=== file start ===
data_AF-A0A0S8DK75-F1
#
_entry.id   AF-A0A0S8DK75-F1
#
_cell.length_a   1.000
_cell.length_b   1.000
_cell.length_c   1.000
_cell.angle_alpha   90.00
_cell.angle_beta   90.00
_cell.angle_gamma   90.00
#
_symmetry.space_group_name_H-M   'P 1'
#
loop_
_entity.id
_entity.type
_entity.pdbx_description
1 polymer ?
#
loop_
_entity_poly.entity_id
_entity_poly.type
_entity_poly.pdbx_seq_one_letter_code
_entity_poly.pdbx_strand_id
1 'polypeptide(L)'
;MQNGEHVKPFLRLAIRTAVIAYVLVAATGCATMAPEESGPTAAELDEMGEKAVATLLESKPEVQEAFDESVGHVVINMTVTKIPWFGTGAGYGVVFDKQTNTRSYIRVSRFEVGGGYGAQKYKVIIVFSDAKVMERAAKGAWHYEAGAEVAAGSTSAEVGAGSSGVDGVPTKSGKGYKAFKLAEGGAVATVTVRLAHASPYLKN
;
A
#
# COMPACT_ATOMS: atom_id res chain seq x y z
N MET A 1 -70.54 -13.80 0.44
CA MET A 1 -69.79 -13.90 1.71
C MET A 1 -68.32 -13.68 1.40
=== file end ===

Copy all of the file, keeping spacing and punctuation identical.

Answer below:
data_AF-A0A0S8DK75-F1
#
_entry.id   AF-A0A0S8DK75-F1
#
_cell.length_a   1.000
_cell.length_b   1.000
_cell.length_c   1.000
_cell.angle_alpha   90.00
_cell.angle_beta   90.00
_cell.angle_gamma   90.00
#
_symmetry.space_group_name_H-M   'P 1'
#
loop_
_entity.id
_entity.type
_entity.pdbx_description
1 polymer ?
#
loop_
_entity_poly.entity_id
_entity_poly.type
_entity_poly.pdbx_seq_one_letter_code
_entity_poly.pdbx_strand_id
1 'polypeptide(L)'
;MQNGEHVKPFLRLAIRTAVIAYVLVAATGCATMAPEESGPTAAELDEMGEKAVATLLESKPEVQEAFDESVGHVVINMTVTKIPWFGTGAGYGVVFDKQTNTRSYIRVSRFEVGGGYGAQKYKVIIVFSDAKVMERAAKGAWHYEAGAEVAAGSTSAEVGAGSSGVDGVPTKSGKGYKAFKLAEGGAVATVTVRLAHASPYLKN
;
A
#
# COMPACT_ATOMS: atom_id res chain seq x y z
N MET A 1 -70.54 -13.80 0.44
CA MET A 1 -69.79 -13.90 1.71
C MET A 1 -68.32 -13.68 1.40